On January 20th, a sub-freezing evening in New York City’s the Bowery, hipsters and art aficionados, young and old alike filed into a candle-lit second floor studio space as music flowed down the stairs and out onto the dark Lower East Side block. They were there to celebrate the inaugural collection of the Awamaki Lab Project. The energy of the gathering’s guests was high, but the vibrant collection on display had an energy all its own. The designs of Nieli Vallin, Awamaki Lab’s first designer in residence stood out prominently amidst the crowd of fashionably dressed scenesters.
This spirited gathering came to celebrate a capsule collection of a for-now-unknown designer, and it was also a fête for the Peruvian women weavers a faraway village of who created the intricate wrap-faced, hand woven textiles featured in Vallin’s designs. Awamaki Lab is a non-profit fashion design residency that works with the women of a village in the Patacancha Valley of Peru. The fund encourages their traditional weaving craft by providing them with a reliable source of income and a place in the market for sustainable textiles.
Each season, Awamaki brings in a budding designer to live and work in Ollantaytambo, Peru—the goal of the program is to create a small collection under the mentorship of a sustainable design expert (this season’s mentor is Tara St. James, 2011 Ecco Domani Fashion Foundation award winner). Vallin describes her style of design as “more or less like sculpture.” And that “sketching is less important than feeling the weight of the fabric and shaping it with my own hands,” she said of working with the textiles. Vallin took in the influences of her new surroundings—while working in the village and getting to know the people from whom she would source her textiles, she was welcomed into their homes. “This was the best part about working in Peru, any moment I could spend listening to passionate history around the dinner table of a family was a cherished highlight.
Awamaki Lab purchases textiles woven by the women of Patacancha to be used by its resident designer. Selected pieces of the collections are then reproduced by the sewing cooperative, comprised of single mothers from Ollantaytambo, to be sold through the Awamaki online store. The profits of these pieces are reinvested in the Awamaki Sewing Collective. The collective teaches local women how to sew, use patterns, and designs in order to diversify the labor market and empower a new generation of Peruvian artisans.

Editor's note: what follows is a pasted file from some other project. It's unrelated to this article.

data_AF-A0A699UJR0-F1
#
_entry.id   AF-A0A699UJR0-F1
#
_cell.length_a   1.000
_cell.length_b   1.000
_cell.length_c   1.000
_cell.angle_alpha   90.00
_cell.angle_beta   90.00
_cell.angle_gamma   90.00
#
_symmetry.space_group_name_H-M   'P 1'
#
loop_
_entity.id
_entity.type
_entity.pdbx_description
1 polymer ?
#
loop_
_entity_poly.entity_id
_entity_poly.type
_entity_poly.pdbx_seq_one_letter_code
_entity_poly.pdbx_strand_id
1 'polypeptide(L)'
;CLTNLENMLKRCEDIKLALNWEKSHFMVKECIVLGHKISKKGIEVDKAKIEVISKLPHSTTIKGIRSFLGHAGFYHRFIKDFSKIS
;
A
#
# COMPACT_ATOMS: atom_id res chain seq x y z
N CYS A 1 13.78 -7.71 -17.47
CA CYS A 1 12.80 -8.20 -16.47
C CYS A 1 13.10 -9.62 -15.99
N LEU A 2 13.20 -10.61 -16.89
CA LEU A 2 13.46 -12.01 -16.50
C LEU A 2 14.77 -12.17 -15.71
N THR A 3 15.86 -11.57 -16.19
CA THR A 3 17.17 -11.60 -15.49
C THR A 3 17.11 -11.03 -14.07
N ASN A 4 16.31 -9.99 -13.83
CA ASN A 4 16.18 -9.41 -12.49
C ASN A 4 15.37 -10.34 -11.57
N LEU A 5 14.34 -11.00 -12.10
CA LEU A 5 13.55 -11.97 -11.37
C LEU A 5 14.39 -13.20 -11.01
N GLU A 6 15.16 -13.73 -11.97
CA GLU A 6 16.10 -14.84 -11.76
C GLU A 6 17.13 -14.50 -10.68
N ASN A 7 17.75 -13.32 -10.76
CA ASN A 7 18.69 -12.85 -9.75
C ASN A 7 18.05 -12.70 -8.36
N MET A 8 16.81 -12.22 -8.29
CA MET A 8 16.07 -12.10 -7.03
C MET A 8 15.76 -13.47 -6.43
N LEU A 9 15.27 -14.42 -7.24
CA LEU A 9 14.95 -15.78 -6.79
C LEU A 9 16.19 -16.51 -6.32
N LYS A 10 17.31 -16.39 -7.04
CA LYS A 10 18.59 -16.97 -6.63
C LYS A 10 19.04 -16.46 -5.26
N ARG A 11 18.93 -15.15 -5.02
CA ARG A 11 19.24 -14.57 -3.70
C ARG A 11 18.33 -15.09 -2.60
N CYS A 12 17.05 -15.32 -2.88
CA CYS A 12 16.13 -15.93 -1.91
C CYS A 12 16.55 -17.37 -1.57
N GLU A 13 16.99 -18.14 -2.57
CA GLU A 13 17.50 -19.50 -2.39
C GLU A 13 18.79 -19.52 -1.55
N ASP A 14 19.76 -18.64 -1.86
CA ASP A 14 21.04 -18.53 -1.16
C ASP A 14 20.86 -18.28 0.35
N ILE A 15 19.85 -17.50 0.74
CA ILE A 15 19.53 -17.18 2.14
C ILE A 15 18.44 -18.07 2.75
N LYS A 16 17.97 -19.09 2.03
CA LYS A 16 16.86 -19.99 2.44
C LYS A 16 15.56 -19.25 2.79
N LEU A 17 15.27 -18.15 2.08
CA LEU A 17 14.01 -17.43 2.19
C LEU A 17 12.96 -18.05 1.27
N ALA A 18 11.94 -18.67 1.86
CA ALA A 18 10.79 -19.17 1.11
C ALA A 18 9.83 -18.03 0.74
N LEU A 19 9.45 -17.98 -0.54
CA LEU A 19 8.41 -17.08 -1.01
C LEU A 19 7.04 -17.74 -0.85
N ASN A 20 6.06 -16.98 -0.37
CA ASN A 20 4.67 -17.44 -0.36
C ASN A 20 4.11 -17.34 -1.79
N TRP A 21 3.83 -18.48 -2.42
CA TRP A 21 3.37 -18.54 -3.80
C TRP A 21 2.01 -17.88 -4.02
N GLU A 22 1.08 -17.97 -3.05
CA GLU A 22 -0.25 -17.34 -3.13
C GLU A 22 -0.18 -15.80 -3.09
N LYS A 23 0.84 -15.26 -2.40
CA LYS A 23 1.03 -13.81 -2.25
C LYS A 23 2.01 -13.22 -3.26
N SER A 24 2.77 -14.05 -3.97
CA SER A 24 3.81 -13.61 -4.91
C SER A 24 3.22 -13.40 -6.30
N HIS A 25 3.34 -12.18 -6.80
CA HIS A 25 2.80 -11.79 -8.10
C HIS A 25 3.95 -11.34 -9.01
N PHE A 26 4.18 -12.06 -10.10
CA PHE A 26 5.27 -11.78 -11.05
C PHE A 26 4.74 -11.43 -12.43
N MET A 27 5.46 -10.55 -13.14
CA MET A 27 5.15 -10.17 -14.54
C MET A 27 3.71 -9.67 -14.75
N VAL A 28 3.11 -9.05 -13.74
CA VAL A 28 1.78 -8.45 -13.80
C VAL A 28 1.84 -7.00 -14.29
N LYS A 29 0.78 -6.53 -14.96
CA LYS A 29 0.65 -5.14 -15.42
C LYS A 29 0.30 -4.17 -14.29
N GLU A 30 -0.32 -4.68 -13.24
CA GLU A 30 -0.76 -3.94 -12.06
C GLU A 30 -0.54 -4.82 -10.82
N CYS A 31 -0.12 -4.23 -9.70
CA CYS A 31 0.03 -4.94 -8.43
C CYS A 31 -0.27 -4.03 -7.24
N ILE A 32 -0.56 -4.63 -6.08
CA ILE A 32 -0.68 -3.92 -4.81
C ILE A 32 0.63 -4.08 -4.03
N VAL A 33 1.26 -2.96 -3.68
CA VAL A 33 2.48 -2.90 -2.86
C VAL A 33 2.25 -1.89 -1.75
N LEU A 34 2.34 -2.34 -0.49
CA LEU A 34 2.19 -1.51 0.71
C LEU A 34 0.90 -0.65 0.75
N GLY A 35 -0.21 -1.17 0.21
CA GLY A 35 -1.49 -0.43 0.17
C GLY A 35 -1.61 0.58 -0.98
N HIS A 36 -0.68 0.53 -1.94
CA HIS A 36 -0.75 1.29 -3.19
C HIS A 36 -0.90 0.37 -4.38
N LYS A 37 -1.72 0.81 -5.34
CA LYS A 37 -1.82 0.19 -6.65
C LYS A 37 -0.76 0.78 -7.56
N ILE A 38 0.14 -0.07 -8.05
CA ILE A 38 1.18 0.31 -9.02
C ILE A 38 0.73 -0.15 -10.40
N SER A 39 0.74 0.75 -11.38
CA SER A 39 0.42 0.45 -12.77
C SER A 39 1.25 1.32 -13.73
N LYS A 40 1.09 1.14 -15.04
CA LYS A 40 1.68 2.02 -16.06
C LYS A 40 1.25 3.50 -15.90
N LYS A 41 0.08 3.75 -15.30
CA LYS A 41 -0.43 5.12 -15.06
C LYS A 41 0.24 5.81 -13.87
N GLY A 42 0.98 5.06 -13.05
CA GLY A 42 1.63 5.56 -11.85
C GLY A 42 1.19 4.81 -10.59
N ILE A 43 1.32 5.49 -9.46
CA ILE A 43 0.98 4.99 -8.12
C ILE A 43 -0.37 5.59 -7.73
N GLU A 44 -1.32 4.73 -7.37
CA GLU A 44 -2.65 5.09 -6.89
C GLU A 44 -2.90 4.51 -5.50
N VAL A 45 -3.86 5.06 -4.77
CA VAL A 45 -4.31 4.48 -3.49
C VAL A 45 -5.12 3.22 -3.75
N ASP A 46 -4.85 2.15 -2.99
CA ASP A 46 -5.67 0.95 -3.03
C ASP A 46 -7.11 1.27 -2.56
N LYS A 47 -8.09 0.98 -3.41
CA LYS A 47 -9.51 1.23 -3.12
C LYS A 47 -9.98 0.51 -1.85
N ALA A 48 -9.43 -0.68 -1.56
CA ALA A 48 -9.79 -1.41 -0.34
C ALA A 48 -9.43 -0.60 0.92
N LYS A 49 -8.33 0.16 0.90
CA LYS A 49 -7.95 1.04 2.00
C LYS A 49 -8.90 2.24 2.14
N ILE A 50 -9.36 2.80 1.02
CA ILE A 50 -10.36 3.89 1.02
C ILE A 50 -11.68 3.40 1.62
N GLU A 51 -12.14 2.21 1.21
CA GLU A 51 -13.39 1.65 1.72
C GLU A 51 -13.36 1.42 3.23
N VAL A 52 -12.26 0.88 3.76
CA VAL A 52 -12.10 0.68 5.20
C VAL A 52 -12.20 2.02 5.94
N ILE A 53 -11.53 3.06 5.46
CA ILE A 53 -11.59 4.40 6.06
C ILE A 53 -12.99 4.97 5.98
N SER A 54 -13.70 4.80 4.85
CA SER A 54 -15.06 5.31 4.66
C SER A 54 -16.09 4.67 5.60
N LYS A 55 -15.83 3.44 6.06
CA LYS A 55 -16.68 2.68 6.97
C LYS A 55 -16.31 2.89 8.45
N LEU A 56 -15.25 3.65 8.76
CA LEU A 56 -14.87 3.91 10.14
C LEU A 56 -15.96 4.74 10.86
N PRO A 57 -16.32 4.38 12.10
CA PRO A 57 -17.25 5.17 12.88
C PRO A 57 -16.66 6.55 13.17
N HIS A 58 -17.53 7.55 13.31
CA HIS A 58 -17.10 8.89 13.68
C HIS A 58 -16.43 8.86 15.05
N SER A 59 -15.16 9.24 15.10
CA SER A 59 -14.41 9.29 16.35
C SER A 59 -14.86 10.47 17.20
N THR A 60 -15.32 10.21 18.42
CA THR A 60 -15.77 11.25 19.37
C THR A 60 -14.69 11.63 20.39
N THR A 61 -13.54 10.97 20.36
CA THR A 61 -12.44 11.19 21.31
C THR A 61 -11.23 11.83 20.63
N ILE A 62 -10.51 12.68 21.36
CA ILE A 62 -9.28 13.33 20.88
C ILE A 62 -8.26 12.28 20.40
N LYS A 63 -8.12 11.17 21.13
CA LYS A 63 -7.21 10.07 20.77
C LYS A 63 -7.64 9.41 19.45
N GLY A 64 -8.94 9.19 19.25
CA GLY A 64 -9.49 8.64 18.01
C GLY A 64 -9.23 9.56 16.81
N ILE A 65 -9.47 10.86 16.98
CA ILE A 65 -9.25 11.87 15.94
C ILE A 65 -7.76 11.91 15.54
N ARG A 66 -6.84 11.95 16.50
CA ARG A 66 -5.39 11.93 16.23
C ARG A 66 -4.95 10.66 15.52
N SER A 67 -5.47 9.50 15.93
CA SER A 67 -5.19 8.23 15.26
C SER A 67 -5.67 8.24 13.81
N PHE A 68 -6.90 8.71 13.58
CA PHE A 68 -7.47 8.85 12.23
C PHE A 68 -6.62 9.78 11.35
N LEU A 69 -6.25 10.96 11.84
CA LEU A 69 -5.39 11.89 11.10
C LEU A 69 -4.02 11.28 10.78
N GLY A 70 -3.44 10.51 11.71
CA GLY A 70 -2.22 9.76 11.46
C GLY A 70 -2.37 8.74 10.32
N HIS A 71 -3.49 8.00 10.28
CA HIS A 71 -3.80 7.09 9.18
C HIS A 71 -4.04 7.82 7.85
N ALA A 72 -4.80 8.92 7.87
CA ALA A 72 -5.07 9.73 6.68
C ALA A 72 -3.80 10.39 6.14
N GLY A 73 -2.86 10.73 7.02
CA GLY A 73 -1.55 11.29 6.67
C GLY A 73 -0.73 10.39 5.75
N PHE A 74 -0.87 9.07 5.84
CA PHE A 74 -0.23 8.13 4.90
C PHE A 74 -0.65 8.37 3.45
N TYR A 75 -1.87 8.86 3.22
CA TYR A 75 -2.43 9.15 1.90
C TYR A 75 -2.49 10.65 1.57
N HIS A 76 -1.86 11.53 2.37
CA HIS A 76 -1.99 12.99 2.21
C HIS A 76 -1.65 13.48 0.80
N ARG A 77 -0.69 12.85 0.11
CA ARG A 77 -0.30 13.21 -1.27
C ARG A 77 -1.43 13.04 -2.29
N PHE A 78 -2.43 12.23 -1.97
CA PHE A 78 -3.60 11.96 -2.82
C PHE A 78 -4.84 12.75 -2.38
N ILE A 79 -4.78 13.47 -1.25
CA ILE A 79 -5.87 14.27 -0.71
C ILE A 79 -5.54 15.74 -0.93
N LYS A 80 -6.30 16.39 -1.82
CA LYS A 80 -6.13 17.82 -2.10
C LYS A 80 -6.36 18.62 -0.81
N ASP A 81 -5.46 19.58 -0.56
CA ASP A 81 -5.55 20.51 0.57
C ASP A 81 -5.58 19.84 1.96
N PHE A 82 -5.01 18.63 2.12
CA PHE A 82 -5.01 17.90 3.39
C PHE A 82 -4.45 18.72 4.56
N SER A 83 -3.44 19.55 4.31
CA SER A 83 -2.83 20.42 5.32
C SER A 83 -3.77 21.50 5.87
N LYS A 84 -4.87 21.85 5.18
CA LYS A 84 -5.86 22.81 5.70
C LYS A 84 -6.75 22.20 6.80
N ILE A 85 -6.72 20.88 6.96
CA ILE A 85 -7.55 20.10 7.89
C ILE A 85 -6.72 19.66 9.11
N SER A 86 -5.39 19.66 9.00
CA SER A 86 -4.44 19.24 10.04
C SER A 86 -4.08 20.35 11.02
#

In honor of Awamaki Lab’s first pop-up shop, supporters danced and made donations amidst mannequins draped in Nieli Vallin’s modern interpretations of the traditional Quechuan garb and against a back drop of the colorful photographs of Kate Reeder, who shot family portraits of the Patacancha villagers and Awamaki’s look-book. Reveling in the accomplishments of the weavers, designers and project collaborators, a new audience of fashionistas was introduced to the important concept of sustainable, ethically sourced design, and the Awamaki Lab philosophy. Pieces of this inaugural collection will be available on Awamaki Lab’s website, and designer Nieli Vallin will be taking orders for made-to-measure garments.
Erika Allen is a freelance fashion and popular culture journalist living and working in New York City.
Designers who are interested in more information about the residency program or to apply, please contact Annie Millican at email@example.com.
For more information, please visit www.awamaki.org/awamakilab. If you would like to learn more about the project, get involved, or support the initiative please visit Awamaki Lab's global giving page, www.globalgiving.org/projects/awamakilab.